The actor had also told them about his active childhood and hard director’s craft, had explained why it is important not “to bother too much” and be able to listen to other people’s opinions.
You grew up in a large family…
Yes, I was the 6th child out of 11.
Not a bad school for a blockbuster actor.
(Laughs) Kind of. The boys are always trying to find out something among them. So my brothers and I fought constantly and taunted each other. But in fact we are a friendly family, we love each other. Last time we had some tough brawl was about 40 years ago (laughs).
Nevertheless, you are not from an acting family. Why did you choose this profession? Story is that you were never particularly interested in Hollywood.
I can’t say whether I was interested or not. I didn’t care. My sister had signed me up for an audition in acting school. And when I came there I noticed that many of the entrants were incredibly nervous. I did not care. I was completely relaxed and not expecting anything. As a result, the commission chose me.
So your winning formula is – not to care?
Not to care – it’s cool, yes. If a person is care to much about getting something, he gets nothing.
Does it mean that everyone sitting in the audience can be a movie star if he has got a proper approach?
No, definitely not. Good acting is a combination of many things, many talents, I can not even explain what kind of things… But every man can become the best in what he is doing, that is for sure. I’m good at something, too. I just do not know what that something is. (Laughs)
Well, for example, you know how to skillfully make a pause in your career, and then make a loud comeback.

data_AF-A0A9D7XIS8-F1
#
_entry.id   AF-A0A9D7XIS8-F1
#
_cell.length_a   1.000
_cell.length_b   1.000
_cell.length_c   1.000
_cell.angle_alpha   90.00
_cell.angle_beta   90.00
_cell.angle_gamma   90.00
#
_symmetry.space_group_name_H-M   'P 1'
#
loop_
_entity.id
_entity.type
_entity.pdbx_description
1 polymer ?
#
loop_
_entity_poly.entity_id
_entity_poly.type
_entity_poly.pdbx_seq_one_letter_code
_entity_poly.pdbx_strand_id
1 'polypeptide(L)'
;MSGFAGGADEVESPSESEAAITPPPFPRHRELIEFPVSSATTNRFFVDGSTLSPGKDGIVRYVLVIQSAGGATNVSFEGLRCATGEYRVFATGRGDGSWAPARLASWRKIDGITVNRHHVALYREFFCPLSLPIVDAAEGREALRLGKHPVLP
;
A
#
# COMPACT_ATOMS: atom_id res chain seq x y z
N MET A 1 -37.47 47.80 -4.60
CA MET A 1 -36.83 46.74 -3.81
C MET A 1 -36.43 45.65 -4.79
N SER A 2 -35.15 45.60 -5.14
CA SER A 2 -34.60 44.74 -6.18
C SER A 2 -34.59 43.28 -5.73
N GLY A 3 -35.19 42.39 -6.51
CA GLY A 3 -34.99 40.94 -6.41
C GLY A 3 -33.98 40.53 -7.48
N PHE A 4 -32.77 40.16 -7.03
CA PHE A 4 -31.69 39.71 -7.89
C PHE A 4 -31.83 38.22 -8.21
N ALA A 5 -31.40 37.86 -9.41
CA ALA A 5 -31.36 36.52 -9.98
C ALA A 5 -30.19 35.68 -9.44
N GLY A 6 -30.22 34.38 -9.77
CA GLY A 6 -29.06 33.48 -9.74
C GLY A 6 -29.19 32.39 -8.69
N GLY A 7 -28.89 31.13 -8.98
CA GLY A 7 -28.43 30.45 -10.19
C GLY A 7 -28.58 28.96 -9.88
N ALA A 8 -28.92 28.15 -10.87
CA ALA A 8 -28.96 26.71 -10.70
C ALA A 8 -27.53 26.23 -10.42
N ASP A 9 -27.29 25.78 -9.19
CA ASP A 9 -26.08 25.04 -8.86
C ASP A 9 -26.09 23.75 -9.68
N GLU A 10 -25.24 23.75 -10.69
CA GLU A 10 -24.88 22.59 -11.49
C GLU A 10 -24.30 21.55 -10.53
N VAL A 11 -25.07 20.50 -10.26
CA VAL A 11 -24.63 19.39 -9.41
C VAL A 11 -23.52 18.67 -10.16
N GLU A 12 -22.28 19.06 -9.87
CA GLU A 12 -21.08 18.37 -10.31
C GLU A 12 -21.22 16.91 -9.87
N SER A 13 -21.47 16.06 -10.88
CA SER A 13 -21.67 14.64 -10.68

Seriously, not all first-magnitude stars manage to stay afloat after the break. You were not in films for 6 years and afterwards you returned with some high-profile movies. Obviously, Hollywood missed Mel Gibson, the actor, and what about you? Have you missed Hollywood?
No, not at all. I directed and did a whole bunch of other things. I constantly filmed for 19 years. I needed a break.
Tell us about your directorial activities. Was it difficult to stand on the opposite side of the camera?
I was terrified. I consulted with friends engaged in film industry. But no one was able to help me. Finally I called Clint Eastwood who said to me: “Don’t worry. Just take it and do it. You’ve been doing this for a long time, it is impossible to predict all things anyways.” And he was right. This work is hard, of course. You need to solve thousand problems every day. A Film director is always the most needed person. For example, at the end of the filming of “Brave heart” which had lasted for five months, I was not able even to talk, just could not utter a word. This work is very exhausting both physically and mentally.
What is your philosophy of working with the team at the movie set? Some directors adhere to an authoritarian style not giving ear to the team; on the contrary, some are open to new ideas and welcome them in every way.
Man is not able to create a decent product alone. Every big thing is the result of a few bright minds capable of producing some great ideas working together.
What would you advise young directors and actors who are at the beginning of their career?
Often young creators honestly believe that Los Angeles is the Mecca of the film industry. It was so. But, I think that time had passed. Nothing special is happening today in Hollywood. Nowadays “local” production movies are the most appealing.
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